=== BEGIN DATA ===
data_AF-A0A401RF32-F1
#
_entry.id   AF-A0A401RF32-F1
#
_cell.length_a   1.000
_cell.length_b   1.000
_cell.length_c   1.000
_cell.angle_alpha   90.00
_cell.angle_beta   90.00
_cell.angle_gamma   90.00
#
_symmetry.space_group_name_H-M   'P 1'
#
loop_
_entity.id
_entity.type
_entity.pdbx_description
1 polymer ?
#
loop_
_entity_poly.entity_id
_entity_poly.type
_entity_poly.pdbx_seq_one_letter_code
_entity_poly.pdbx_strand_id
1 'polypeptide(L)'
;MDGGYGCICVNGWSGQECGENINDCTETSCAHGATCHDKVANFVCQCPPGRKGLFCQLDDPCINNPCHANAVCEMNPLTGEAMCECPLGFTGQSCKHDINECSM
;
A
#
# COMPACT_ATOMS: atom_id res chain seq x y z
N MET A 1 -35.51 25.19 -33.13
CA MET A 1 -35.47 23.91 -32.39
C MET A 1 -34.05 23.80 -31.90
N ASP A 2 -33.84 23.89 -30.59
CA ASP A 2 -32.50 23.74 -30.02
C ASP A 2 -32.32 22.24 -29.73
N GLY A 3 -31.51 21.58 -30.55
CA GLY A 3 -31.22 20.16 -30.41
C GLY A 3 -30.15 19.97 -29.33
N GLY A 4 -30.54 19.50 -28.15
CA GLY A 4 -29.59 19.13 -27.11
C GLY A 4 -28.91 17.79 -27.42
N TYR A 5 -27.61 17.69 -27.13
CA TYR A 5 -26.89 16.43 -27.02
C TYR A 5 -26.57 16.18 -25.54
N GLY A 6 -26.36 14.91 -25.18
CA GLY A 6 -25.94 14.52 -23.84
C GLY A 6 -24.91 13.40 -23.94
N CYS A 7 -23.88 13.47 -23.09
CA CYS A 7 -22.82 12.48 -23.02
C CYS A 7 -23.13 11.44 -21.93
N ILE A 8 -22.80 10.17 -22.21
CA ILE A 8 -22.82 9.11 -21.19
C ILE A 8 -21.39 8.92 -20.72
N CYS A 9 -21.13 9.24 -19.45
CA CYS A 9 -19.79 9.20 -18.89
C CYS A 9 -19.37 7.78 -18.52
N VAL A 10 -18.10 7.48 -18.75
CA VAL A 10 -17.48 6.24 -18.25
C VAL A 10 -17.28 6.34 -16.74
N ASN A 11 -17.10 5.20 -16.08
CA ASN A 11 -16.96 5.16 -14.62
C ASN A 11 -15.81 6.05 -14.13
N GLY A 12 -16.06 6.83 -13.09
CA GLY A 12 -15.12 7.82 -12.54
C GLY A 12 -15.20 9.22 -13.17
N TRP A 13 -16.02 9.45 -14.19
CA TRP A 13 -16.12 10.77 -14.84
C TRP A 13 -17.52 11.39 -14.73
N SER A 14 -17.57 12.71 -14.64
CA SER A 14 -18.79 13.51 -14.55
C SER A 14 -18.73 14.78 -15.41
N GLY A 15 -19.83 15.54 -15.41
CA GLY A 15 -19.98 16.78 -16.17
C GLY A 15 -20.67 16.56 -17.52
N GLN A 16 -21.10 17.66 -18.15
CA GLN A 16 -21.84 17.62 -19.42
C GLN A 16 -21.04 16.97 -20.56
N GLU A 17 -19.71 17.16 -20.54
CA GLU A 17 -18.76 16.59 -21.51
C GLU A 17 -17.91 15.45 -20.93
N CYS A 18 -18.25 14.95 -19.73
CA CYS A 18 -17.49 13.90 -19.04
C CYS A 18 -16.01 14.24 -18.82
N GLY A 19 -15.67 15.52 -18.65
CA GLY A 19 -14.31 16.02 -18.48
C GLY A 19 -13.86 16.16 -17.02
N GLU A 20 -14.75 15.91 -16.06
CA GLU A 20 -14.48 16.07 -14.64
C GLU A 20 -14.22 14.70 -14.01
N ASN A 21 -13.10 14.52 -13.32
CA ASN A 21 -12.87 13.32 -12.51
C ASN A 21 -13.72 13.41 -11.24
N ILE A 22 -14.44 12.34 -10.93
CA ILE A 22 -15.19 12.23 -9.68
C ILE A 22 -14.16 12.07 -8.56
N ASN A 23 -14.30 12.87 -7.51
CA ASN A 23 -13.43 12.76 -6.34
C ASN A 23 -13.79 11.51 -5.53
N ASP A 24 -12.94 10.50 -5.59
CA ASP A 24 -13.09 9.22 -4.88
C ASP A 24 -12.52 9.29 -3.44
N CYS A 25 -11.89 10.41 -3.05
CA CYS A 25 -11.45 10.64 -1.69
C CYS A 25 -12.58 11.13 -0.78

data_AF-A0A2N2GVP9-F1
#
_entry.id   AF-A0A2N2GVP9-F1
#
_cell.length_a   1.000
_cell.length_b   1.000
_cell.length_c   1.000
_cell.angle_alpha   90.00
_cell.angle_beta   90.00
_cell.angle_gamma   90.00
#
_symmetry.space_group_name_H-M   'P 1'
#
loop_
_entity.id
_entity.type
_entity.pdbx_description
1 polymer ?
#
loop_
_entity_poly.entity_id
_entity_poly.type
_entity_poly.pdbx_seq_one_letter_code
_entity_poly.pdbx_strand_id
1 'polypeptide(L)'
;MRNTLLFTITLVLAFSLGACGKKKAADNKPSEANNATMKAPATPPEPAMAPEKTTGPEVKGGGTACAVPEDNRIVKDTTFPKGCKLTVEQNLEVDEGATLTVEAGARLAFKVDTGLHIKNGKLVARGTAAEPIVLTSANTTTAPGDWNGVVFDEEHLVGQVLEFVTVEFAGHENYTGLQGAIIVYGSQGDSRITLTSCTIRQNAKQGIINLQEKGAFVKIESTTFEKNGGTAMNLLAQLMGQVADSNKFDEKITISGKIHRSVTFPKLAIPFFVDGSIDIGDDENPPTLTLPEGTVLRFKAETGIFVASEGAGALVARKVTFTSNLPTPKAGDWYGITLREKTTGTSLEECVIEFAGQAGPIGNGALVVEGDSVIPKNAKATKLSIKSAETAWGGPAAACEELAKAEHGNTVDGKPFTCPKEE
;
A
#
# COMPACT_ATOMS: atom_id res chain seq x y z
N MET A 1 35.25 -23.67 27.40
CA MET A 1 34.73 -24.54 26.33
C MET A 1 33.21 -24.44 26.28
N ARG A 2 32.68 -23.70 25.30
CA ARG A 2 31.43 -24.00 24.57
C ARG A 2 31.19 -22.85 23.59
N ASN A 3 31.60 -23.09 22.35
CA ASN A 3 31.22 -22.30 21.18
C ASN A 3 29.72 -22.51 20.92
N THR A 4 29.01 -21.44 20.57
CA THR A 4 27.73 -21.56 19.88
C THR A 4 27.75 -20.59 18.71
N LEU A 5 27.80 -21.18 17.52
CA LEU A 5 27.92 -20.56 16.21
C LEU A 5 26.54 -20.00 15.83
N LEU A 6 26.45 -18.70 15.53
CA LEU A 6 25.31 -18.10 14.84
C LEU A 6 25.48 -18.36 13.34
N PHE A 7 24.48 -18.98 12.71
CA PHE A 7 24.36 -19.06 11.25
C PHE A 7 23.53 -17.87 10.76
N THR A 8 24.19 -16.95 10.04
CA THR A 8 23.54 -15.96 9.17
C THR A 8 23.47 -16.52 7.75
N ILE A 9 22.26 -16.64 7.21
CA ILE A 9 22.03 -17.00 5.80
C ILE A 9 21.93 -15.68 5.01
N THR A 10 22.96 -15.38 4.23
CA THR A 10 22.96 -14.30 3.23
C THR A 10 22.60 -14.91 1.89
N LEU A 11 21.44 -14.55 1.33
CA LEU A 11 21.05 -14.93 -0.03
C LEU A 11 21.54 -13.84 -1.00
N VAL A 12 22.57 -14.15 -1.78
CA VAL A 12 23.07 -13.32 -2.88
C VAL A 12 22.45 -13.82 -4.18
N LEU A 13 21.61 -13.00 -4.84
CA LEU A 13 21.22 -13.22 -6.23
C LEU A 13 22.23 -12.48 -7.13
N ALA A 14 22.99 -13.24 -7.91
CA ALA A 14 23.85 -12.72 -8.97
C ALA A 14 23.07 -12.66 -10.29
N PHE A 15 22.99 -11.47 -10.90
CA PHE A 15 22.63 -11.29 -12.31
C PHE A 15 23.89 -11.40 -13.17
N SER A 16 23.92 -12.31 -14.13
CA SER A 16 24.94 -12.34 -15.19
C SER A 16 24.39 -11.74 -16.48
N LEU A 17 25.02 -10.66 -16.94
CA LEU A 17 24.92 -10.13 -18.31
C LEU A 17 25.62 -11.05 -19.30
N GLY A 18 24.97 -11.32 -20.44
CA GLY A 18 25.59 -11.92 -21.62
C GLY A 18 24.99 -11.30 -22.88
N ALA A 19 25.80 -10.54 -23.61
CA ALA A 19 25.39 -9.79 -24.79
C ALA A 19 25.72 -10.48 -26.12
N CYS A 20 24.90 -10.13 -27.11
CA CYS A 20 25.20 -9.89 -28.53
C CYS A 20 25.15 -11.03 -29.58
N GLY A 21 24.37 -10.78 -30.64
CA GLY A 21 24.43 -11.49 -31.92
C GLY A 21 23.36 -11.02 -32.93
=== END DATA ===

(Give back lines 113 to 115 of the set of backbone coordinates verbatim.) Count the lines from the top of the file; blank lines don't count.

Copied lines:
_cell.angle_alpha   90.00
_cell.angle_beta   90.00
_cell.angle_gamma   90.00